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'Poisoned City' series investigates how pollution harms border communities

'Poisoned City' series investigates how pollution harms border communities

Picture of Ian James
Along the U.S.-Mexico border, in an area called Mexicali, pollution is killing people.

In 2016, photojournalist Zoe Meyers and I set out to examine the polluted New River, which flows from Mexicali across the border into California. 

For years, the river has been plagued by toxic pollutants and raw sewage spills. We wanted to know why — and how the pollution is affecting people who live there. 

These central questions led to "Poisoned Cities, Deadly Border," a Desert Sun investigation of pollution on the border and its effects on people's health. Our reporting revealed that the pollution — in the water, in the air, and all around the region — is linked to the rise of industry in Mexicali, that government regulators are failing to crack down on polluters, and that people on both sides of the border are paying a heavy price. 

The city has grown rapidly around its maquiladoras, which manufacture products that supply Mexico and the United States. And those factories have contributed significantly to the pollution in the city and along the border. 

The factories’ smokestacks add to the traffic exhaust, dust, and smoke from trash fires, all of which often leave Mexicali and Calexico blanketed in hazy air. The pollution is linked to high rates of respiratory illnesses and deaths. But the system of regulation in Mexicali does little to check on what those factories release into the air and water, and does little to punish polluters.

How we did the reporting

Zoe and I spent months reporting in Mexicali and Calexico, focusing on neighborhoods affected by pollution. We interviewed researchers, activists and asthma doctors, as well as residents on both sides of the border who are worried about the health effects of breathing the toxic air. We visited with families who live next to the New River, and people who work as trash pickers in Mexicali’s dumps. We crisscrossed the city chasing the sources of black smoke plumes as trash fires erupted. 

Our reporting also involved an examination of documents and data obtained from Mexican, U.S. and California government agencies. The data enabled us to look at how air pollution in the Mexicali area, and California neighborhoods just across the border, compare with other cities in California where air pollution is a problem.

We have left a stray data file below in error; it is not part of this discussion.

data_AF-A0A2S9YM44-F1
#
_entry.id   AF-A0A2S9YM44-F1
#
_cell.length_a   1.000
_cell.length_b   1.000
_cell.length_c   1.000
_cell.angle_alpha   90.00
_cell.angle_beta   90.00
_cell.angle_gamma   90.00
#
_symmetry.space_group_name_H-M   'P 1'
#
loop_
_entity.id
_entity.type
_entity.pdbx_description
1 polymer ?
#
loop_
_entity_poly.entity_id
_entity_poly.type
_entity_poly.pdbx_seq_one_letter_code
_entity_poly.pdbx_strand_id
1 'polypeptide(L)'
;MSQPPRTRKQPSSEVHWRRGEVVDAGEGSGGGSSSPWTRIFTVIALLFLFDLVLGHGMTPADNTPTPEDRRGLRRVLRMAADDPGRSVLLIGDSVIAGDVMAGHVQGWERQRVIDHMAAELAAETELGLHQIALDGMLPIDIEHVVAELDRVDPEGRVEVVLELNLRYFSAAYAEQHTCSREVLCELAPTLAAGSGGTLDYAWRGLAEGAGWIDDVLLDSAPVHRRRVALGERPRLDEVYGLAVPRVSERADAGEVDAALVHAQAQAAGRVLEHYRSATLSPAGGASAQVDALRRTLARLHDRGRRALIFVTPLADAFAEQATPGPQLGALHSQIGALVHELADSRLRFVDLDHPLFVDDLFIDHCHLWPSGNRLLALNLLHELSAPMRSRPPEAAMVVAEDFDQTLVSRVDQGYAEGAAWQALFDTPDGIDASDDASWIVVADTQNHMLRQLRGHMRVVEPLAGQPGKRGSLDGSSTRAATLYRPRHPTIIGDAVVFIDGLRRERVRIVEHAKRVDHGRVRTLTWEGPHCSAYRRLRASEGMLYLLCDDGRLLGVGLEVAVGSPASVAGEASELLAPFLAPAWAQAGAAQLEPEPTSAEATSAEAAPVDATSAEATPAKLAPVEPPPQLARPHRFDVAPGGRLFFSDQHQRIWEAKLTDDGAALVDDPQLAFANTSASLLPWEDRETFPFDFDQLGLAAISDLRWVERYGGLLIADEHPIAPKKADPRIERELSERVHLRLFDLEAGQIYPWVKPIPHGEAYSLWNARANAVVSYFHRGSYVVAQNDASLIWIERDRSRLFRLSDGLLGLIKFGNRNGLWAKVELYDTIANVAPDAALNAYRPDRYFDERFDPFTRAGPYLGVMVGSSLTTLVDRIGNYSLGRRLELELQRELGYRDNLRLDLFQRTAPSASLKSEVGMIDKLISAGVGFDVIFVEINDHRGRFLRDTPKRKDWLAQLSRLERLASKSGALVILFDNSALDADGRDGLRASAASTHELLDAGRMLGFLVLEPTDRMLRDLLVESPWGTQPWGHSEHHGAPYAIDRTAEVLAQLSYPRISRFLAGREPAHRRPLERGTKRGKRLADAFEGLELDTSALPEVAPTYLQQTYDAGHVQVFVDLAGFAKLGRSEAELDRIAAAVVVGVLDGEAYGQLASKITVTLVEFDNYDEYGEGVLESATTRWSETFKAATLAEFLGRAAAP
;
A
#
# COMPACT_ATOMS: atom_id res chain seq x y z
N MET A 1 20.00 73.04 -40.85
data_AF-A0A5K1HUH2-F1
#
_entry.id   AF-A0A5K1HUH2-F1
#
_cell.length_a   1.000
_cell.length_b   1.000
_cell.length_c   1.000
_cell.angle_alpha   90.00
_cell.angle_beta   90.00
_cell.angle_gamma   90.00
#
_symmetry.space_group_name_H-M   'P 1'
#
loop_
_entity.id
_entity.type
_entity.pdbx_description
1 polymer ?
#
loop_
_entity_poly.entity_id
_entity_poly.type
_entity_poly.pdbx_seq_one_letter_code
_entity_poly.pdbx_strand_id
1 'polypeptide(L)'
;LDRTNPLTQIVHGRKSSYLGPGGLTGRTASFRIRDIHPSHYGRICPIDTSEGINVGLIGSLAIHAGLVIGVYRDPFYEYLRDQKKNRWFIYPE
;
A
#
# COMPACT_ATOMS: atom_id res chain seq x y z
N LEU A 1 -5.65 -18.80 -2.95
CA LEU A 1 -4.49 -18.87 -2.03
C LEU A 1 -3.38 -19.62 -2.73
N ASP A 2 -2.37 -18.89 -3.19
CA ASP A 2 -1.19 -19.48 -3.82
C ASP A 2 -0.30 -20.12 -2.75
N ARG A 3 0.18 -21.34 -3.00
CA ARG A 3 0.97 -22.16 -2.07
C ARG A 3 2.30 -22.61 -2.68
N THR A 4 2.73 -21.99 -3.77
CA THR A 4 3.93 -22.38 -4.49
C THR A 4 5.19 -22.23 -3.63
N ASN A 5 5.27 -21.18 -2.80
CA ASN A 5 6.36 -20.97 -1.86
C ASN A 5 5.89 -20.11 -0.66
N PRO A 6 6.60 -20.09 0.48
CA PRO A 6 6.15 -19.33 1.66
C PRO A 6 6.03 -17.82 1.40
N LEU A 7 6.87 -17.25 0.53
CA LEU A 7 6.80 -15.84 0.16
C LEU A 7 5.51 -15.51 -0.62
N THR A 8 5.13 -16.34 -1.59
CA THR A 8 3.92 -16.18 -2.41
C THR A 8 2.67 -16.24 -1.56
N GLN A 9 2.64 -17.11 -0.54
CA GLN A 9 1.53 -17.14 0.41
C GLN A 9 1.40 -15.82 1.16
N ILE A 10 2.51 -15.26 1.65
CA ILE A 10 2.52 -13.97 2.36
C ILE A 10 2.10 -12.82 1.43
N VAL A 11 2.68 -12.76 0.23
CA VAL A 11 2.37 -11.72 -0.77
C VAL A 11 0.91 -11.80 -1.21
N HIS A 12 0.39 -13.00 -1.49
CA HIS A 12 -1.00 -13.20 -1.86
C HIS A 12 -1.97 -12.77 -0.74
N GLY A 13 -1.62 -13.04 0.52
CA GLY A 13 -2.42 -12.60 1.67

Analyzing public health data, we found startlingly high rates of deaths from respiratory illnesses in the Mexicali area compared with the state of Baja California and Mexico as a whole.

To examine the pollution in the New River, we turned to water testing data from California water regulators and the International Boundary and Water Commission. We found that while sewer upgrades in the 2000s improved the water quality, Mexicali’s sewer system has been deteriorating in recent years and raw sewage spills are again on the rise.

We also analyzed government spending figures, which showed that U.S. government spending on jointly funded sewer projects along the border has declined dramatically during the past decade, both in Mexicali and all along the border. The lack of spending means that necessary fixes, which could help clean up the New River and other river, are going largely unfunded.

In our reporting in Mexicali, I found that Mexican environmental regulators lack the staff and resources to properly track pollution or verify companies’ self-reported accounts of what they release into the air and water. Officials at Baja California’s Environmental Protection Department have the power to issue big fines – up to the equivalent of about $77,000 – but have been issuing much smaller fines of $6,500 or less during the past two years.

In producing the series, Zoe and I collaborated with a team of journalists across the USA TODAY Network to tell these stories through a matrix of experiences — videos, interactive graphics, photography and virtual reality — that help bring the pollution problems into focus.

We also included a section on solutions, with a list of 10 ideas that emerged during our reporting for addressing the pollution crisis on the border.

If you have ideas about potential solutions, or tips you’d like to share to help us investigate further, please contact @MyDesert, @ZoeKMeyers or me (@BYIanJames). Thank you.

To learn more, check out our series:

Along the U.S.-Mexico border, in an area called Mexicali, the air is killing people.

This is how a river along the U.S.-Mexico border became a toxic waste dumping ground.

Industrial city:
This city's factories make stuff Americans buy. But its people pay a heavy price.

Dumping ground: 
A toxic wasteland festers on the border, putting people's health at risk.

Ian James is reporter with The Arizona Republic in Phoenix. He wrote the series ‘Poisoned Cities, Deadly Border’ while working for The Desert Sun. Reach him at


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